I Can’t Believe It’s Not Butler
We all think we know what a butler is: the traditional, stiff starched fellow perpetually dressed for dinner who expresses himself only by the occasional raising of an eyebrow. In fact, the role has evolved a great deal over the years, and there are many different types of butler with a wide range of roles and responsibilities. With some still occupying the stereotype to a greater or lesser extent and others somewhat more relaxed, it can be a varied and exciting role with the right candidate clicking into place in the right household.
To start with the more traditional butlers, some of what you think you know from Downton Abbey is, in fact, true. They do still exist – although are somewhat rarer than they used to be – and are still in demand in more formal households. They’re likely to have been formally trained as a butler, and their role centres around service – they might answer the door, oversee events, dinners and parties, and have the final word on table settings and management of the wine cellar. They’ll be known for their invisible presence, and be formally attired.
A more modern approach to butlering is much more common these days. The role is much more varied, and whilst they might well still have service-related responsibilities they will undoubtedly be hands-on with a range of other tasks. Naturally these vary enormously depending on the particular household or principals, but might include duties such as general housekeeping, administrative tasks such as diary management, organising events, dealing with bills and paperwork, chauffeuring and even security. Some will be required to travel internationally with the family, particularly if they have yachts or multiple properties overseas.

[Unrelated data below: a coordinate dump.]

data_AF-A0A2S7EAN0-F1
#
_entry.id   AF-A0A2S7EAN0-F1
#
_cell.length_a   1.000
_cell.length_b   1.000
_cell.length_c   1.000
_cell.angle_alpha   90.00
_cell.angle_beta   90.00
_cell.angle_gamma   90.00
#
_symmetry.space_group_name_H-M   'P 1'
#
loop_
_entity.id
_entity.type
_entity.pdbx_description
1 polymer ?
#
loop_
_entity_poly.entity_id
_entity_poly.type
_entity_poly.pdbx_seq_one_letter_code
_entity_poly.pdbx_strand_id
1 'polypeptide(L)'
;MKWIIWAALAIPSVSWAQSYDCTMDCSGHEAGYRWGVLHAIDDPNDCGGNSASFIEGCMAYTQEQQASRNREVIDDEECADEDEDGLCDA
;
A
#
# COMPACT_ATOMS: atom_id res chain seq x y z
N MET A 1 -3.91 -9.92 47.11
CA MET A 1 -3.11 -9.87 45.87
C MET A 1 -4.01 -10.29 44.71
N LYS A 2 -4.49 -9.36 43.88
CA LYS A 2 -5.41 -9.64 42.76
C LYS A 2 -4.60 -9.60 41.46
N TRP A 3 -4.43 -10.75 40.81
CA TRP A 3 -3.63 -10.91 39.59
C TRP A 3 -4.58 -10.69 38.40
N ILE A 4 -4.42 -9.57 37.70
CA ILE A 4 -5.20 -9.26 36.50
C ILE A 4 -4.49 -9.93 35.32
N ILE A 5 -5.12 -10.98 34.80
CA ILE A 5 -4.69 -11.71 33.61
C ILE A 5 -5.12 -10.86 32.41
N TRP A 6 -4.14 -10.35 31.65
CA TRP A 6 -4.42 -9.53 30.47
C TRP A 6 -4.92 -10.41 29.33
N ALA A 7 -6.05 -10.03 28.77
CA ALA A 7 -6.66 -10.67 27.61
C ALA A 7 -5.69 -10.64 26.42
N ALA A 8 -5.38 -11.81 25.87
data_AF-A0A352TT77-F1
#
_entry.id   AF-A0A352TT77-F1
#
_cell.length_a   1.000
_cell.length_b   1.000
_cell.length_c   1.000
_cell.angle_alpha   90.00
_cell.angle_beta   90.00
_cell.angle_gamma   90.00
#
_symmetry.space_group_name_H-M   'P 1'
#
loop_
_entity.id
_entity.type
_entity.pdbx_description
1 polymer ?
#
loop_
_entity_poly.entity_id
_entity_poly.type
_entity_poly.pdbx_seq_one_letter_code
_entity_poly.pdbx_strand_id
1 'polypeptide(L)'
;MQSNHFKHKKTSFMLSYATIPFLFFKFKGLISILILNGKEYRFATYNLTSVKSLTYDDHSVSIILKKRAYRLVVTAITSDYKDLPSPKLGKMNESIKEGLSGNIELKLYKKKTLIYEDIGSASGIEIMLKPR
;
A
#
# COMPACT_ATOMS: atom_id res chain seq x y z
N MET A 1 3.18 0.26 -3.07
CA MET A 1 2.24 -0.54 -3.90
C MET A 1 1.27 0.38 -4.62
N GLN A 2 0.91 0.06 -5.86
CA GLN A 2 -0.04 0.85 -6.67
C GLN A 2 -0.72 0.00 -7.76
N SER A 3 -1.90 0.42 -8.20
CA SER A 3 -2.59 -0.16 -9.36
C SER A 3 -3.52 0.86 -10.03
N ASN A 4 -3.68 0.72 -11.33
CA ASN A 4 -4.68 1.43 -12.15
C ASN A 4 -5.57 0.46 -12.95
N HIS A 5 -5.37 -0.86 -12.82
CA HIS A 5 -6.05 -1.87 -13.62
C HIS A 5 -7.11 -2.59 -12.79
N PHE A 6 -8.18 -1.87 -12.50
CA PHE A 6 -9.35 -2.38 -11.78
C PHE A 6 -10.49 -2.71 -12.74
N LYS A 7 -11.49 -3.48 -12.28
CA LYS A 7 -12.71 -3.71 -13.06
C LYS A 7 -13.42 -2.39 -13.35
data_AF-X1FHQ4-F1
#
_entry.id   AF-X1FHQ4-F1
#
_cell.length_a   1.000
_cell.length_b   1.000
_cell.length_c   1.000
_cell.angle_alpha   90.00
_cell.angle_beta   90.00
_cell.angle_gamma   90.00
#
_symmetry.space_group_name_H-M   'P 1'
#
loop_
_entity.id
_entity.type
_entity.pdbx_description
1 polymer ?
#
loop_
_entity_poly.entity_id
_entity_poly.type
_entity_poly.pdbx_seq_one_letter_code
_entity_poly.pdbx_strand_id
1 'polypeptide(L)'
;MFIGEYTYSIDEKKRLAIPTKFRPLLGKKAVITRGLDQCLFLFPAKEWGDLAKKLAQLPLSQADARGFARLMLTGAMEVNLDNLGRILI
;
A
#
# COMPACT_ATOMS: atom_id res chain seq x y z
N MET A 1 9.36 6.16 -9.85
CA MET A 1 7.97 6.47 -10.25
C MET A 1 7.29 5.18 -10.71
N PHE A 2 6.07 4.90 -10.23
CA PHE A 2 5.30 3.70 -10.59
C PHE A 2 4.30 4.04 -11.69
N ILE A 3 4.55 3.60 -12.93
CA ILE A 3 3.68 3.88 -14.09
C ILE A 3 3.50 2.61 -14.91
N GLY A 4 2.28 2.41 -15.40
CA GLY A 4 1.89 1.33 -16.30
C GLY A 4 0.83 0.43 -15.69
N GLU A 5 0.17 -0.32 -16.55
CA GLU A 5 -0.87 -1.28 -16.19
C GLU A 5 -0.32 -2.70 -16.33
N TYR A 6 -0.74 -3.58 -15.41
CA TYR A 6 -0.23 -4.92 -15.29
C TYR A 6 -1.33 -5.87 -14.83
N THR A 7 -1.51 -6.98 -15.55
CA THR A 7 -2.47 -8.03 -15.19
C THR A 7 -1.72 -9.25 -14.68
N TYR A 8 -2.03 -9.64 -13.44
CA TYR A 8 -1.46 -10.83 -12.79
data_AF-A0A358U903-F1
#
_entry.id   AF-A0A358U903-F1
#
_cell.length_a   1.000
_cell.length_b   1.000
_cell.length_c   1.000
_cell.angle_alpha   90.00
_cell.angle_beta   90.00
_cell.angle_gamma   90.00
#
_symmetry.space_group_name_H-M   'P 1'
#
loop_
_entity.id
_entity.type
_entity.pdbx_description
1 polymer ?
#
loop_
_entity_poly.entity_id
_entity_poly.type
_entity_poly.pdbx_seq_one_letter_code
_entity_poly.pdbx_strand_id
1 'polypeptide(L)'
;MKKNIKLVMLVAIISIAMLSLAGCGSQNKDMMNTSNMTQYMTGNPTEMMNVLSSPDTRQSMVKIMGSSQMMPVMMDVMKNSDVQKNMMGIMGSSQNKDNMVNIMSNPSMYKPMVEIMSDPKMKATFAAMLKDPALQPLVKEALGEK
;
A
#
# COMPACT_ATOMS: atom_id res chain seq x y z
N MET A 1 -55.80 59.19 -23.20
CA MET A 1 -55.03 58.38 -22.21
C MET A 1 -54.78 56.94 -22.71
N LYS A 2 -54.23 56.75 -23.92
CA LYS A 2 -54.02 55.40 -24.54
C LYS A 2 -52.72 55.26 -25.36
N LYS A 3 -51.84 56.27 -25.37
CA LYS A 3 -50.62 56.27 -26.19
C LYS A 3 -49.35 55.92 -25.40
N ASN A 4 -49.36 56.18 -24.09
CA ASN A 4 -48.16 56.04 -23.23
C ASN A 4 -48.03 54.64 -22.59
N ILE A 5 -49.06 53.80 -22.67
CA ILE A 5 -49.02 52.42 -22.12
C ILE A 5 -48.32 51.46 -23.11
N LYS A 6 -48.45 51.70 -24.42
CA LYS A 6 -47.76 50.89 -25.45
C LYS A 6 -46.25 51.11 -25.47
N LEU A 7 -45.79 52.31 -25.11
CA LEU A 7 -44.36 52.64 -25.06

A modern-style butler might still dress formally either on special occasions or at all times, but it’s more common for them to adopt normal business attire, or even casual clothes, depending on their employers’ guidelines on dress code or household uniforms.
Regardless of the level of formality, a butler is usually a high-ranking position within a household and therefore will often have some responsibility for hiring, training and managing other staff.
According to the long-established stereotype, butlers have usually been men. In today’s more equal world, this is no longer the case and female butlers are more commonplace. This is particularly true for – but by no means limited to – female principals, who want a right-hand-lady as their number one member of staff.
Regardless of tone and level of formality, gender, dress code or gamut of duties, butlers have much in common. First and foremost is their dedication to the family they serve, and from this stems their attention to detail, commitment to providing impeccable service, and perhaps above all else, discretion.